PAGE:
Monday, August 13, 2012

The British papers have caught up with the news that the Queen of Spain and her son and his wife (“Los principes”) were twice denied access to a 'mixed area' (No, I don't know either) at the Olympics a few days ago. This must have been both annoying and astonishing to the Spanish royals, who will surely be familiar with the principle that rules exist to be bent or broken. It seems they didn't have the right accreditation and came up against two volunteers who didn't recognise them from a hole in the ground. The lovely Letizia took several fotos on her phone, so I guess we can expect to see the hapless volunteers on Twitter soon.

In bullfighting, as in every other human (if not humane) activity, there are good days and bad. The trio of maestros at Saturday night's corrida in Pontevedra were dismissed by Sunday's local papers as mediocre, netting only one ear between them. But, by pure coincidence, in El País, there was an article by Mario Vargas Llosa defending bullfighting and citing a particular corrida in Marbella only last week, when exactly the same three toreros had put on an exceptional performance. They say it's the fighting qualities of the bull which determine how well the matador performs. And maybe they're right. Not that everybody wants to see this demonstrated.

I mentioned the young women who'd 'come out' – not as lesbians, of course - at the Peregrina ball on Saturday. To see how they looked, go here and click on the foto to amplify it. You'll notice that only one of the seventeen is not dressed in white. I don't know what the significance of this is, as I find it hard to believe the other sixteen are telling us they're still virgins. Perhaps just custom and practice. And one rebel.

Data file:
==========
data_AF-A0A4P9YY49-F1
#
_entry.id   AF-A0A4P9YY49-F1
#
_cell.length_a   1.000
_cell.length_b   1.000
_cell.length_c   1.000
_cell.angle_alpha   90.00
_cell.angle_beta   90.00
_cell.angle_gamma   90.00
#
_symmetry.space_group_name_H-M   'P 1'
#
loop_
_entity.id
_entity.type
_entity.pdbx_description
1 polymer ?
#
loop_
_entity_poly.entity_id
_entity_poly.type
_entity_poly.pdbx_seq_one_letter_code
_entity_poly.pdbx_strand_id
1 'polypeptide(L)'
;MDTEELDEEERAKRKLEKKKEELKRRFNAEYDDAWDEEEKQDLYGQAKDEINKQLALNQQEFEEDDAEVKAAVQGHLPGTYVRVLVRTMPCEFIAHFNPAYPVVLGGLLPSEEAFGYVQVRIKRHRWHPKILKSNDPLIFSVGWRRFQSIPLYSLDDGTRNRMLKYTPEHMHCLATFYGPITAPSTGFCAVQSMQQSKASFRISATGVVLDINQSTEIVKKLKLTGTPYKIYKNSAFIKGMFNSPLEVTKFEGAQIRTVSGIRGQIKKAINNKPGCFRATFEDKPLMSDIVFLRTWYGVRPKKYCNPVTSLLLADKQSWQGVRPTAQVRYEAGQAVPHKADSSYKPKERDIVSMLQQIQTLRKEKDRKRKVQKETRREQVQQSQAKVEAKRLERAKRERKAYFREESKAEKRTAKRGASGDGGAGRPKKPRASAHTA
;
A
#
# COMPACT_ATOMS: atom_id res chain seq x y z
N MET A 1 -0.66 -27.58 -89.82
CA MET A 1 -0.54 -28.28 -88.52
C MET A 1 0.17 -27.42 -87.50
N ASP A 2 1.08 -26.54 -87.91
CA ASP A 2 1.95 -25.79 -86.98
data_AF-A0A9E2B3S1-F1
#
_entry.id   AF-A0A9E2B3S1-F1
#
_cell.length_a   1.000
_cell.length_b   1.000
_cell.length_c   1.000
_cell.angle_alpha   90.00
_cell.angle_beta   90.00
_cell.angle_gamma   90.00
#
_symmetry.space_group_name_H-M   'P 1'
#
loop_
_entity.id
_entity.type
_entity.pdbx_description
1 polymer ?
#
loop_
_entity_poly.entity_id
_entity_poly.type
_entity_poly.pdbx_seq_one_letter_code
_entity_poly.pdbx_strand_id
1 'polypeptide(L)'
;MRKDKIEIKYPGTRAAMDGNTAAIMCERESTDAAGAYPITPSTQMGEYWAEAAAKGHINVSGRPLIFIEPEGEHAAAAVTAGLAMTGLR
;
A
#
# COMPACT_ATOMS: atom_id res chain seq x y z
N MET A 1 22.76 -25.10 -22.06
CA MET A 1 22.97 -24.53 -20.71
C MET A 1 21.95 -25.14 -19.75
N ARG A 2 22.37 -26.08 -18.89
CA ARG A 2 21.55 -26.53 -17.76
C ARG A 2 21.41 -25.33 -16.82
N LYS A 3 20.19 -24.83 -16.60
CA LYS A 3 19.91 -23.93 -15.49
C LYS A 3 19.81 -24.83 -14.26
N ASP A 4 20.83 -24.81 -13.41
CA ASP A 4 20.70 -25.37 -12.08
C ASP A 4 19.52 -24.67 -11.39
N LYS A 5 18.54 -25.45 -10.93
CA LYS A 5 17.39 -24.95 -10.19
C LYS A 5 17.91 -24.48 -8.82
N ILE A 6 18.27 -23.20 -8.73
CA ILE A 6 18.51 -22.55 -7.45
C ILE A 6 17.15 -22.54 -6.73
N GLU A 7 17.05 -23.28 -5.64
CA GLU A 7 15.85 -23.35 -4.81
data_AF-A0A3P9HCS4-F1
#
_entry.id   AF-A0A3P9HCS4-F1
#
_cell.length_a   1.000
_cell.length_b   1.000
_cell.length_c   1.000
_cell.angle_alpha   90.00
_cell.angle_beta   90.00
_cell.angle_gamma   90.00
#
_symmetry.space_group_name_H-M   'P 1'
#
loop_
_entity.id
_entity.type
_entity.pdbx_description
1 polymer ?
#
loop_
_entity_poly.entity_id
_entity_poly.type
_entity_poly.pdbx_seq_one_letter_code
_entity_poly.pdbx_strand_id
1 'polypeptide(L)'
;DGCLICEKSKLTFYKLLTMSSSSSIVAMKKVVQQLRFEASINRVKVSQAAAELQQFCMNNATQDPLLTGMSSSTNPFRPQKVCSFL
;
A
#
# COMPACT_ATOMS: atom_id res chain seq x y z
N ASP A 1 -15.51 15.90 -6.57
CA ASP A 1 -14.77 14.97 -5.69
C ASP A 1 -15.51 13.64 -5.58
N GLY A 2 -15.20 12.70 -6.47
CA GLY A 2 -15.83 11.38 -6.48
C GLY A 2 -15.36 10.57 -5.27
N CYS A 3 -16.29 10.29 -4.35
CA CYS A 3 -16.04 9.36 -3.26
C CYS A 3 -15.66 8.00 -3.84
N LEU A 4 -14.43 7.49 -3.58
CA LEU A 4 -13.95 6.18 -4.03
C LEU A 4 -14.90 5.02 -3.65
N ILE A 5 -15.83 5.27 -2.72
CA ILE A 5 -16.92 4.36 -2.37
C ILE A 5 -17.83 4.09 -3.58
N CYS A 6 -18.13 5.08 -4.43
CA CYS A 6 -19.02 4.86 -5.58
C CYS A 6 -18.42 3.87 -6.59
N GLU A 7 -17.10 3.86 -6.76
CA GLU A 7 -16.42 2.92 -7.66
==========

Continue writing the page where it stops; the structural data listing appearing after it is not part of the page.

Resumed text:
Having stressed just how peaceful the city's post-bullfight drunken revels are, you can imagine how surprised and disappointed I was to read this morning that there were 'at least 8 fights' last night. However, I was somewhat less astonished to see that 15 youngsters had been treated for alcohol poisoning.

I've mentioned the peñas, the bullfight fraternities. They come in different names and diverse colours. One I saw on Saturday was called “The Big Wine Theory”. The biggest – and rowdiest – is a group of professional men who call themselves Gin Kas. Or Gin Tonic. As I know several of the members, one of my challenges on these four nights a year is avoiding getting sucked into their festivities, as they wend from one crowded bar to another. Starting at 9.30 and going through to after 7 the next morning. I have their detailed, laminated program in front of me. As ever, I'm surprised just how efficient Spaniards can be when it comes to having fun. The final venue on the card is for 8am, at the Emergency Department of the city hospital. Along with the intoxicated youngsters, I guess.

So, George Soros, 82, is to marry a 40 year old woman. I'm reminded of the wonderful line delivered by a British comedienne to the wife of an ugly but rich man - “So, Debbie, what first attracted you to the millionaire, Paul Daniels?"

We're probably all a little tired by now – even us patriotic Brits – of the Union Jack. In the last week I've seen it worn by at least four people here, the oddest being as a pair of tight trousers. But yesterday I happened upon the strangest yet, in a shop window. A leather chair coloured to look like the British flag. I'll have to check out the price.

Sorry about the reflections; the sun was full on.

Finally . . . Some good news. The Spanish medal haul benefitted from a final flurry. So a total of seventeen was achieved, with the women outdoing the men for the first time ever. This was down on Peking/Beijing but the same as at Atlanta. Thank God for women. And not just for sports.

Finally, finally . . . Here's members of the GB squad doing their version of Queen's Don't Stop Me Now. Highly viewable.

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